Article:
While you’ll see “from the producers of Shaun of the Dead” printed on the adverts for Attack of the Block (along with Nick Frost’s schlubby face), Atb is in another league of genre-bending film exported from Britain. What makes AtB shine brighter than other Edgar Wright productions is that it takes its location, characters, and the invasion genre very seriously. It turns increasingly grim later in the film as the stakes are raised. And it works on every level. Bathed in attitude, rapid-fast chav slang, and plenty of humor, it’s an utterly confident debut from director Joe Cornish.

On a dodgy block in the South London council estates, a group of teen hoods are celebrating Guy Fawkes Night by mugging Sam (Jodie Whittaker). During their crime, an alien falls from the sky and into a nearby parked car. Instead of running off, the leader of the gang, Moses (John Boyega), decides to investigate and is attacked by the feral little bastard. The chavs chase the baddie and kill it; parading it’s corpse back to their block like an elk fit to feed the whole village. Unsure what to do with it – but certain it’ll bring a payday from some kind of news outlet – they bring the corpse to Ron (Nick Frost), the block’s drug management middle man. Shortly after, more baddies are crashing in South London and the boys mount up to defend their turf.

At Ron’s apartment the faces and personalities of the boy’s finally come into the light. This gang, that no more than five minutes ago was robbing a defenseless woman, snatching her engagement ring no less, is suddenly charming – relatable even. This is where Cornish gently pokes you with a dose of social commentary. We find that these kids are just trying to get by in the harsh South London cosmos they were born into. They’re young and bored and even admit to being shook when they mugged Sam. There’s a montage when they split up to gather weapons from their flats – bats, kitchen knives, chains – and we’re given brief glimpses into their home lives. Some are humorous, some hard.

Across the board, the kids kill it. This is the first gig for a lot of them so there was some risk involved on the part of the filmmakers, but it paid off in spades. John Boyega, as Moses, is the stoic, older brother figure to the gang, and any harm to the gang falls heavily on his shoulders. This kid’s got a future, believe. Cornish spent quite a bit of time researching the youth culture in South London and it shows in the authenticity of the characters. The way they dress, walk, and especially the way they talk. At first the slang comes at you so rapidly that it can be difficult to understand. But you’ll catch on quick.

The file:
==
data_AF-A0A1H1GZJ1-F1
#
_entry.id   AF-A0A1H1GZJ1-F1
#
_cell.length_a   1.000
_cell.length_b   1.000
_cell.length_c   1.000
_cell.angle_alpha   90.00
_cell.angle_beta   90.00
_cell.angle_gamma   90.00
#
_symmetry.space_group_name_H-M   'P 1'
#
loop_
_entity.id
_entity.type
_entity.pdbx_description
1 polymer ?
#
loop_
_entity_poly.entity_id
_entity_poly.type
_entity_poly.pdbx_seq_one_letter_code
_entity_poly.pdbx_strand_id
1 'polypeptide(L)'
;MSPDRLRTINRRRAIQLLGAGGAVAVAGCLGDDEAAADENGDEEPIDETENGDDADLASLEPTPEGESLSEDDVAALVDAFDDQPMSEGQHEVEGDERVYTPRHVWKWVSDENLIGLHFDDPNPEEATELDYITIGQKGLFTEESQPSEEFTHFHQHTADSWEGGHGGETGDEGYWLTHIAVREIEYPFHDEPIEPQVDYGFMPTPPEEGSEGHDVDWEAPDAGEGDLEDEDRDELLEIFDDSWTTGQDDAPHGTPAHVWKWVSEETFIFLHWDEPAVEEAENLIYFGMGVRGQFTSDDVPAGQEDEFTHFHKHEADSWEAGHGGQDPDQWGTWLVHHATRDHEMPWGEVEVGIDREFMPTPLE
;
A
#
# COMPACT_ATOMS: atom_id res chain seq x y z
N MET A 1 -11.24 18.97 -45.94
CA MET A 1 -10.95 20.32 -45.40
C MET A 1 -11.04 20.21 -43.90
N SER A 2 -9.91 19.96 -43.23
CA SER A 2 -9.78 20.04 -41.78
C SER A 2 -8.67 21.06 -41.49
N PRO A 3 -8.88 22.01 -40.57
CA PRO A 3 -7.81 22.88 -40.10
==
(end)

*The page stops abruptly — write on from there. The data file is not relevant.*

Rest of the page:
A good portion of the action sequences take place inside the flats and hallways of the apartment complex, which gives the scenes a claustrophobia ala Alien. One scene in particular, my favorite in the film, has the gang pursuing an alien after setting off two massive fireworks in a hallway. The colored smoke is thick and makes the hallway seem like an alien planet. The final action sequence (in beautiful slo-mo) is incredibly cinematic and doesn’t show Cornish’s inexperience shooting action one bit.

My only problem is Nick Frost. I understand that audiences sometime need a familiar face before they’ll buy into a film, but his character was completely useless and even obstructed the pace of some of the action scenes. Cornish’s background is in comedy, so that’s always under the film’s more serious surface, but Frost’s tired “I’m confused and naive” act is unnecessary here.

Halfway through 2011 I’m gonna go ahead and say Attack the Block will definitely be in my top 10, probably even top 5. It’s a grimy sci-fi-action-comedy-horror perfect storm and I can’t recommend it to the OL readers enough. Trust.